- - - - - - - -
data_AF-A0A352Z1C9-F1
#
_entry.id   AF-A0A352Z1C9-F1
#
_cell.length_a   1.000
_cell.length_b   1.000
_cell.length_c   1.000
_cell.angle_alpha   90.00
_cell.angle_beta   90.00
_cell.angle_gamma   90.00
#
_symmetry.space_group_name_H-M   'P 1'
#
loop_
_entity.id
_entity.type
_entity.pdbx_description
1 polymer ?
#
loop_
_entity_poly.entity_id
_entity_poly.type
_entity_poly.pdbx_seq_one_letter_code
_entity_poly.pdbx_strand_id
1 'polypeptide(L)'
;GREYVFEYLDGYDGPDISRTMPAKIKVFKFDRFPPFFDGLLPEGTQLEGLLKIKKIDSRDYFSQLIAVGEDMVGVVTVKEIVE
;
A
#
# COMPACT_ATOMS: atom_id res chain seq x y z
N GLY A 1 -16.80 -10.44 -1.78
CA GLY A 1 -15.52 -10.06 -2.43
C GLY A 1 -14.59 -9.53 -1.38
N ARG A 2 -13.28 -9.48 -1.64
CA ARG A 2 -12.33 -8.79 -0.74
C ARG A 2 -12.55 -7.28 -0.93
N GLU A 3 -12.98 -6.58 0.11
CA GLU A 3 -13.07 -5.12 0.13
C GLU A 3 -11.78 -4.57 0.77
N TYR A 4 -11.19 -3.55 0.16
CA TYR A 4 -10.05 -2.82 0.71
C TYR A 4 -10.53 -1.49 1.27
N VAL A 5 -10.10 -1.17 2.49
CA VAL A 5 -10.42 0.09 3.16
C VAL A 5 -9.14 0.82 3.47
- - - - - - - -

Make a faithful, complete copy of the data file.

data_AF-A0A352Z1C9-F1
#
_entry.id   AF-A0A352Z1C9-F1
#
_cell.length_a   1.000
_cell.length_b   1.000
_cell.length_c   1.000
_cell.angle_alpha   90.00
_cell.angle_beta   90.00
_cell.angle_gamma   90.00
#
_symmetry.space_group_name_H-M   'P 1'
#
loop_
_entity.id
_entity.type
_entity.pdbx_description
1 polymer ?
#
loop_
_entity_poly.entity_id
_entity_poly.type
_entity_poly.pdbx_seq_one_letter_code
_entity_poly.pdbx_strand_id
1 'polypeptide(L)'
;GREYVFEYLDGYDGPDISRTMPAKIKVFKFDRFPPFFDGLLPEGTQLEGLLKIKKIDSRDYFSQLIAVGEDMVGVVTVKEIVE
;
A
#
# COMPACT_ATOMS: atom_id res chain seq x y z
N GLY A 1 -16.80 -10.44 -1.78
CA GLY A 1 -15.52 -10.06 -2.43
C GLY A 1 -14.59 -9.53 -1.38
N ARG A 2 -13.28 -9.48 -1.64
CA ARG A 2 -12.33 -8.79 -0.74
C ARG A 2 -12.55 -7.28 -0.93
N GLU A 3 -12.98 -6.58 0.11
CA GLU A 3 -13.07 -5.12 0.13
C GLU A 3 -11.78 -4.57 0.77
N TYR A 4 -11.19 -3.55 0.16
CA TYR A 4 -10.05 -2.82 0.71
C TYR A 4 -10.53 -1.49 1.27
N VAL A 5 -10.10 -1.17 2.49
CA VAL A 5 -10.42 0.09 3.16
C VAL A 5 -9.14 0.82 3.47